Toto Shows Caesars Windsor Crowd an Evening of Musical Skill

Toto
Photos by Dan Savoie
Toto
Photos by Dan Savoie
Toto
Photos by Dan Savoie
Toto
Photos by Dan Savoie
Toto
Photos by Dan Savoie
Toto
Photos by Dan Savoie
Toto
Photos by Dan Savoie
Toto
Photos by Dan Savoie
Toto
Photos by Dan Savoie
Toto
Photos by Dan Savoie
Toto
Photos by Dan Savoie
Toto
Photos by Dan Savoie

Hot on the heels of Weezer topping the charts with a cover of Africa, classic rock band Toto came back with their own version of Weezer’s Hash Pipe which they performed for its final encore at Caesars Windsor on Thursday, August 23. It was the hardest pumping song of a night filled with Toto hits, progressive rock and the most talented set of musicians to ever hit the Colosseum stage.

It was a much different and much more detailed show than the band’s previous appearance in the 519 back in 2014. With more than two hours of music, Toto packed in a series of hits and rare cuts, as well as band member and fan favourites. It was truly a night Toto fans can call a defining moment.

In an interview with 519 Magazine a month before the show, keyboardist Steve Porcaro revealed that the band planned on performing its European set list, which was going to take more than two hours to perform. It’s a set list they enjoy playing because it allows them to stretch beyond the basic hits and showcase their skills a little by diving into album cuts.

The 22-song set list covered the band’s entire career with debut album tracks like Hold The Line and Georgy Porgy to rare songs like Dune (Desert Theme) from the movie soundtrack and a cover of Michael Jackson’s Human Nature which was written by Porcaro.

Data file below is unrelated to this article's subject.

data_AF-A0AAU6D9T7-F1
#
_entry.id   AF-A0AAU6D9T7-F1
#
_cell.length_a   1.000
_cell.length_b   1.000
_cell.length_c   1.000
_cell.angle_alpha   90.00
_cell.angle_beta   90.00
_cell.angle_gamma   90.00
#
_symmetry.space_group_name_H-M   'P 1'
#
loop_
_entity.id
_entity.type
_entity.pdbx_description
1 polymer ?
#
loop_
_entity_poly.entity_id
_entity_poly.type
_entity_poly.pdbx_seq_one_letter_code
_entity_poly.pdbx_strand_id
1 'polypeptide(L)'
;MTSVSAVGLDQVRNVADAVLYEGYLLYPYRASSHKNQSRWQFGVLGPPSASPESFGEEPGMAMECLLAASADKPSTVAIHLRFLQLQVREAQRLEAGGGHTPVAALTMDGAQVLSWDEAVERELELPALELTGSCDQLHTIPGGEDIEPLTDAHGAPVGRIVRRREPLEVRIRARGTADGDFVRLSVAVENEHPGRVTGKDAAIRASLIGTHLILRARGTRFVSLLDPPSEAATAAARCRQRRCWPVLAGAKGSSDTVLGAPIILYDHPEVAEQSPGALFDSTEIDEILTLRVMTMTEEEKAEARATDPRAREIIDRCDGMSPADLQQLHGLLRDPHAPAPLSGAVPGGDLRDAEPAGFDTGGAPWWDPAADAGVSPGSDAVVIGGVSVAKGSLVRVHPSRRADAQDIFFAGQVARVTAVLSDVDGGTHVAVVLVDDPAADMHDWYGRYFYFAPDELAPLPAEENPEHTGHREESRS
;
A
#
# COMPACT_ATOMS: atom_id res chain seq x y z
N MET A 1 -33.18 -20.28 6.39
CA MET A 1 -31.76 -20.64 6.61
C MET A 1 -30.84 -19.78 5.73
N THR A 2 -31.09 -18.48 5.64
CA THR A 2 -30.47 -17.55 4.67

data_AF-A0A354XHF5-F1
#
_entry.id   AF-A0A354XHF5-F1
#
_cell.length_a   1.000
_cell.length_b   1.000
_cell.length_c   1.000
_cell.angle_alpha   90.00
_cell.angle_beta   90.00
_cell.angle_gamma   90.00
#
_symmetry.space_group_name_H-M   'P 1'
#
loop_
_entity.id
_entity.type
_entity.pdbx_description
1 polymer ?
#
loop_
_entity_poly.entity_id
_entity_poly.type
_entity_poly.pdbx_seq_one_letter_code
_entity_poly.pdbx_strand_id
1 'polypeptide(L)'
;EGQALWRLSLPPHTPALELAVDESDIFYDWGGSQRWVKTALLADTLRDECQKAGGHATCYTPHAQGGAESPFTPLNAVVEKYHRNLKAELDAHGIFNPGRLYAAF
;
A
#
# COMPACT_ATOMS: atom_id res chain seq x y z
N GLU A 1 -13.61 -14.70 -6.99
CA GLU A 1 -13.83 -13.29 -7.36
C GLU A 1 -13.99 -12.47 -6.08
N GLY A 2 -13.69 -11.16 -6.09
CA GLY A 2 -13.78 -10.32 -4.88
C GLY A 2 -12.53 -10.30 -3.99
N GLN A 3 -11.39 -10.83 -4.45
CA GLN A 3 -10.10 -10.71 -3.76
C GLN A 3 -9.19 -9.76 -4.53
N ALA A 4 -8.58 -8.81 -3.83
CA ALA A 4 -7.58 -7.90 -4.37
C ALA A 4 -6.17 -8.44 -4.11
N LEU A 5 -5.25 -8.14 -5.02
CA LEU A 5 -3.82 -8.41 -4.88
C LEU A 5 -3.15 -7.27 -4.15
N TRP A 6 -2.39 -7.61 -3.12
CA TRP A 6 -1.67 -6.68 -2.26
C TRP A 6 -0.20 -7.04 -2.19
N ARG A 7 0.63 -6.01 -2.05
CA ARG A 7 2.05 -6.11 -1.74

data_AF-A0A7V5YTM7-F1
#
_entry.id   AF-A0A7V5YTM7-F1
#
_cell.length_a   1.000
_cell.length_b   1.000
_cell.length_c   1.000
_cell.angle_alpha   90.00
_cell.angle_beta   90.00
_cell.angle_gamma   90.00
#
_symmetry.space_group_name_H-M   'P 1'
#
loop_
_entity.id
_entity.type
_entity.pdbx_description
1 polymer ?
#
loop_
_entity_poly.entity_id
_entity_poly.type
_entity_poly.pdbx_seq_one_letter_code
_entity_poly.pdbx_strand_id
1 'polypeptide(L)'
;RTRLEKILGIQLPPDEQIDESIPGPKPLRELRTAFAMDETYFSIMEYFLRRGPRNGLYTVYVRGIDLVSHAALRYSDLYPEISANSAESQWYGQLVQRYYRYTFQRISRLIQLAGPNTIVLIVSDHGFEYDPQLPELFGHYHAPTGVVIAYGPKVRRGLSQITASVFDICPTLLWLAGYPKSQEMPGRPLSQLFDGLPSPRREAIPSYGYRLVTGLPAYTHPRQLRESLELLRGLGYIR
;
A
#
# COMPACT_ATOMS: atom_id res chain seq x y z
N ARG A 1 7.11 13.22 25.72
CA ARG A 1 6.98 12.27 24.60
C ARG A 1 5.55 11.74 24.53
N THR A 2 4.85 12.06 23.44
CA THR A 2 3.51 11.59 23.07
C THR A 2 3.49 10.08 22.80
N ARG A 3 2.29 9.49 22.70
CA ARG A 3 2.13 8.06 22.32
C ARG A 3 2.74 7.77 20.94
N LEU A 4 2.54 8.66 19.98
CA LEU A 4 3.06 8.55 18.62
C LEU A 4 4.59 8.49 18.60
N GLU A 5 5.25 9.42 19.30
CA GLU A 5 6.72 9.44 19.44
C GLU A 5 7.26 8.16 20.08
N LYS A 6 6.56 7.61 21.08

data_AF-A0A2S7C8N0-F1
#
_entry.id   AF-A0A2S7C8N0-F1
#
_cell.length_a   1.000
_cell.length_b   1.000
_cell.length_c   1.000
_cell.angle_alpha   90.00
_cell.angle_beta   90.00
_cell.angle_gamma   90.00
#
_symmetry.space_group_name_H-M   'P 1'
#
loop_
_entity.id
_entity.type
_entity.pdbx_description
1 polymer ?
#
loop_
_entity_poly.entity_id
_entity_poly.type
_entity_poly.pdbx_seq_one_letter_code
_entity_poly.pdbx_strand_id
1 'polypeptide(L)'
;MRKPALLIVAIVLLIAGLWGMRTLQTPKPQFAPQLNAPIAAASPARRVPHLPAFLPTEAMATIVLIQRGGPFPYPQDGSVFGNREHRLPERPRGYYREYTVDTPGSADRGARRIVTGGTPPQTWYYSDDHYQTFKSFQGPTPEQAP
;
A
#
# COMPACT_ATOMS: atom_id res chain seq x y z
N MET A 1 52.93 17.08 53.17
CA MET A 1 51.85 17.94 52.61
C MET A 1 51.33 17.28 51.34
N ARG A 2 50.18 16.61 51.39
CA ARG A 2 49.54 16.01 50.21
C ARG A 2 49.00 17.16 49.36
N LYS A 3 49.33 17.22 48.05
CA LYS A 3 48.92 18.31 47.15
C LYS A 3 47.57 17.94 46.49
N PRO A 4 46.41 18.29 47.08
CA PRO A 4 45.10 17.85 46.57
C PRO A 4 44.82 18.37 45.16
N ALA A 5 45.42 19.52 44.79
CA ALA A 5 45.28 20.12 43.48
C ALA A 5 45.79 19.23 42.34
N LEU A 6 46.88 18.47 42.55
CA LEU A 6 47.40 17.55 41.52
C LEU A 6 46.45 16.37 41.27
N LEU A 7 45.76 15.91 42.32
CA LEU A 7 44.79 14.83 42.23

It was immediately apparent that every member of the band brought something unique to the show. From the multi-talented percussionist Lenny Castro (who pulled off one of the coolest percussion solos I’ve ever seen) to guitarist Steve Lukather, who still remains one of the best rock guitarists in history.

We were told that lead vocalist Joseph Williams (son of the famous composer John Williams) sang everything without any aids or auto tune assistance and that original keyboard player David Paich was absent due to “penis reduction surgery” – he was replaced with Xavier Talpin who was a member of Prince’s short-lived NPG Quartet, a jazz group that recorded an unreleased album in 2014. Talpin sounded as if he was a long-time member of the band even after only a couple of weeks of rehearsals.

Some of the cool rare songs included a cover of While My Guitar Gently Weeps, Holyanna and a few of the more progressive rock tunes that would have been very fitting in a European show.

This show was more than Africa, Rosanna or Hold The Line. If that was the only reason you were there, you missed the whole point. This was a celebration of music with some of the best musicians in the world performing the music that moves them. It was one of the better moments in a Caesars 10th anniversary year filled with incredible headliners.

For more on Toto, visit the band online.